KABUL, Afghanistan – A U.S. special operations soldier was killed in action in eastern Afghanistan, U.S. military said Friday.
In a neighboring province, meanwhile, coalition troops arrested four people and seized weapons stored in caves by insurgents.
Petty Officer 1st Class David M. Tapper, 32, of Camden County, N.J., died from injuries suffered on Wednesday, the Defense Department said in Washington. The U.S. military's Central Command (search) said his injuries were sustained during a "hostile fire incident" around Orgun in Paktika province.
On Thursday, the military said a coalition soldier had been slightly wounded by a bomb while on patrol in the same region. It was not immediately clear whether the two incidents were linked.
About 11,500 troops of the U.S.-led coalition are in Afghanistan hunting down remnants of the ousted Taliban regime (search) and its allies. In all, 31 U.S. soldiers have been killed in action in Afghanistan, and 162 wounded due to hostilities, the U.S. military said.
Attacks by alleged Taliban have increased, with a string of attacks in the country's south and east, including two deadly raids targeting Afghan police in Paktika last weekend -- reportedly launched by hundreds of guerrillas traveling in pickup trucks from the direction of neighboring Pakistan, a key U.S. ally in the war on terror.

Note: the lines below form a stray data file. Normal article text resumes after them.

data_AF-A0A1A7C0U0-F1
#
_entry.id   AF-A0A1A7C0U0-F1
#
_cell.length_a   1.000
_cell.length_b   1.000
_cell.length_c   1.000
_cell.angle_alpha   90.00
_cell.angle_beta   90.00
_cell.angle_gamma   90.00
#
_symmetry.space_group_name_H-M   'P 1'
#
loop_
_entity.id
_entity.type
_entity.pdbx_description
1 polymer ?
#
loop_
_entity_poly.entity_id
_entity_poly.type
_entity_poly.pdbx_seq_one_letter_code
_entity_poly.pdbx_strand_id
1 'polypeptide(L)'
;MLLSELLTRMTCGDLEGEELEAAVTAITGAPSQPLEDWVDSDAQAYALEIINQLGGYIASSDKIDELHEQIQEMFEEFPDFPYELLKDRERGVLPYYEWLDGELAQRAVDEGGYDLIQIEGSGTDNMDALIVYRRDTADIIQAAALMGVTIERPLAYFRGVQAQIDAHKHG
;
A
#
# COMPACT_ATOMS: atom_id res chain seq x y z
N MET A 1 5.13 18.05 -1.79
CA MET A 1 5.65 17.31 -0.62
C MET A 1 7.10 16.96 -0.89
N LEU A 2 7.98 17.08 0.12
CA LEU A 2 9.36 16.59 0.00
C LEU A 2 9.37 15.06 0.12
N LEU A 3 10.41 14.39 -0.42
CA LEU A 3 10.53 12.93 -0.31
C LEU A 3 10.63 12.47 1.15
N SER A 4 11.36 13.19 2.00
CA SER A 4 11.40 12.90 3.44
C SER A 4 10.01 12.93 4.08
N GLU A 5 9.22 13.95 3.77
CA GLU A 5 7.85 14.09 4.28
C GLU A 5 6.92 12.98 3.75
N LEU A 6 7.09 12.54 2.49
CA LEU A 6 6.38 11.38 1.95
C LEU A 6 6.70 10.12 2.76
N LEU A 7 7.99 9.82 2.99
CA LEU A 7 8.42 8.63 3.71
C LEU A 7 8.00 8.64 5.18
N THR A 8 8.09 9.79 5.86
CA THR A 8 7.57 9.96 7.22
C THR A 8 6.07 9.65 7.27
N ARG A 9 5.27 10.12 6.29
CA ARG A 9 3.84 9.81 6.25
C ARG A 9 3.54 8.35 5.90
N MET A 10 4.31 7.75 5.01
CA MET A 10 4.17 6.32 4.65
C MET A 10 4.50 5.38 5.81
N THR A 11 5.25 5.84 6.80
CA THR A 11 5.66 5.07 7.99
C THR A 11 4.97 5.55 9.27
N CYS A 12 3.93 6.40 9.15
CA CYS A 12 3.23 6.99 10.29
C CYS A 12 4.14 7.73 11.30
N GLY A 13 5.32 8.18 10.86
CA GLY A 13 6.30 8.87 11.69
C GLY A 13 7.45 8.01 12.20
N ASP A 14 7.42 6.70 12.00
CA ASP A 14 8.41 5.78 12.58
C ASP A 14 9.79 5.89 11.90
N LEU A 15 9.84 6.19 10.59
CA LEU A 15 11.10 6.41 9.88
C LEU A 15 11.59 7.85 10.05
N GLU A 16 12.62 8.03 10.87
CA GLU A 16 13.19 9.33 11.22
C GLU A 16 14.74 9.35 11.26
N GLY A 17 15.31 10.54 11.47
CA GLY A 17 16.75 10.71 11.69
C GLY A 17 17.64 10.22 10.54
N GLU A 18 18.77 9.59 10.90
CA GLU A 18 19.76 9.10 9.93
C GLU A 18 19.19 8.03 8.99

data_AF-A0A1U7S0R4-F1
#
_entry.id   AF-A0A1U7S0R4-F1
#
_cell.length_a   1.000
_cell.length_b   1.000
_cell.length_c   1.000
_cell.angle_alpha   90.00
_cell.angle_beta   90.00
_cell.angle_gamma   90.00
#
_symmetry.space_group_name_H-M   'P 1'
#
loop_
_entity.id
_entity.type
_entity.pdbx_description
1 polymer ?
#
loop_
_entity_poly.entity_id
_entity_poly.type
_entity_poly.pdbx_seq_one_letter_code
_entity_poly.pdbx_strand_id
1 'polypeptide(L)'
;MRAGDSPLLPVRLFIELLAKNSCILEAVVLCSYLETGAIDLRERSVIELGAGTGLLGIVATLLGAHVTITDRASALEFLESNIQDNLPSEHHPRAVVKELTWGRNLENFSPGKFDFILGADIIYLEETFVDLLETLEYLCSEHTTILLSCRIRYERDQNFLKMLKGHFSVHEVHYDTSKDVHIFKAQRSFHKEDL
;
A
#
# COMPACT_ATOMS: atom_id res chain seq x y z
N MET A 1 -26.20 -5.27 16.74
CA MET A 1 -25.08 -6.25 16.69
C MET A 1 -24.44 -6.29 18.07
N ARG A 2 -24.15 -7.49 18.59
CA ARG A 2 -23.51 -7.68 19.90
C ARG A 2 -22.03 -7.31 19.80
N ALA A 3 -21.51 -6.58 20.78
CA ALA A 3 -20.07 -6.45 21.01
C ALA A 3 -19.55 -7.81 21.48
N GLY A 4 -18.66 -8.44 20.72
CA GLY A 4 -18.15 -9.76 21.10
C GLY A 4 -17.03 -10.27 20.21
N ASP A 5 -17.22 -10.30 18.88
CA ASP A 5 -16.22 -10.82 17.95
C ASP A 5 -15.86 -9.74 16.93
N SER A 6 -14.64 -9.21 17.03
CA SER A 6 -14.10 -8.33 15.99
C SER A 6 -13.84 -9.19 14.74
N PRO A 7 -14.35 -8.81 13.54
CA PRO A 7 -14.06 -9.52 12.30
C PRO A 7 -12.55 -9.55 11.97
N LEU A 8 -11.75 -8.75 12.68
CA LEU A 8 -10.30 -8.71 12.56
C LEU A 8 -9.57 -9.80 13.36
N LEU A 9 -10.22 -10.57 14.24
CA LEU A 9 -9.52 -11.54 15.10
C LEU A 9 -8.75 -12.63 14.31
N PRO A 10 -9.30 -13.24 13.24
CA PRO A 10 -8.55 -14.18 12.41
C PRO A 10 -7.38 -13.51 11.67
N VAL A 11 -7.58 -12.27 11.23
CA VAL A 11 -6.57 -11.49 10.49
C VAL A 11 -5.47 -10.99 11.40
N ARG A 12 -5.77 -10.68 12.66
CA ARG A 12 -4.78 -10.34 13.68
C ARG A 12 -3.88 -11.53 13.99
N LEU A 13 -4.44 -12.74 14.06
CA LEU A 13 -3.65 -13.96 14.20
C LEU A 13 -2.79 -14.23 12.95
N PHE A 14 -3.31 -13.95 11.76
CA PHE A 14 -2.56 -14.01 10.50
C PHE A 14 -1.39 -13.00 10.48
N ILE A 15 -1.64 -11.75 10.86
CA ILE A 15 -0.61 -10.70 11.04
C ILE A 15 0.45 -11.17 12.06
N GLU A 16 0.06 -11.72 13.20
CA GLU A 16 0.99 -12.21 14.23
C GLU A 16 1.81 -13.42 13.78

The increased violence comes amid reports that Mullah Mohammed Omar (search), the leader of the Taliban regime ousted in 2001, has reorganized his fighters into regional commands around the country to carry out attacks.
Col. Rodney Davis, spokesman at Bagram Air Base, said Friday that special operations soldiers raided weapons caches used by insurgents in eastern Khost province and arrested four people.
In the raid Wednesday, the coalition seized numerous missiles, small arms ammunition, Russian and Chinese 60 mm mortar rounds, anti-personnel mines, automatic weapons and hand grenades. The weaponry was found stored in two compounds and three caves near the Neka Valley.
"Four persons were taken under control and the ordnance was seized and transported to Khost for destruction at a later date," Davis said in a statement from Bagram, the U.S.-led coalition's headquarters in Afghanistan.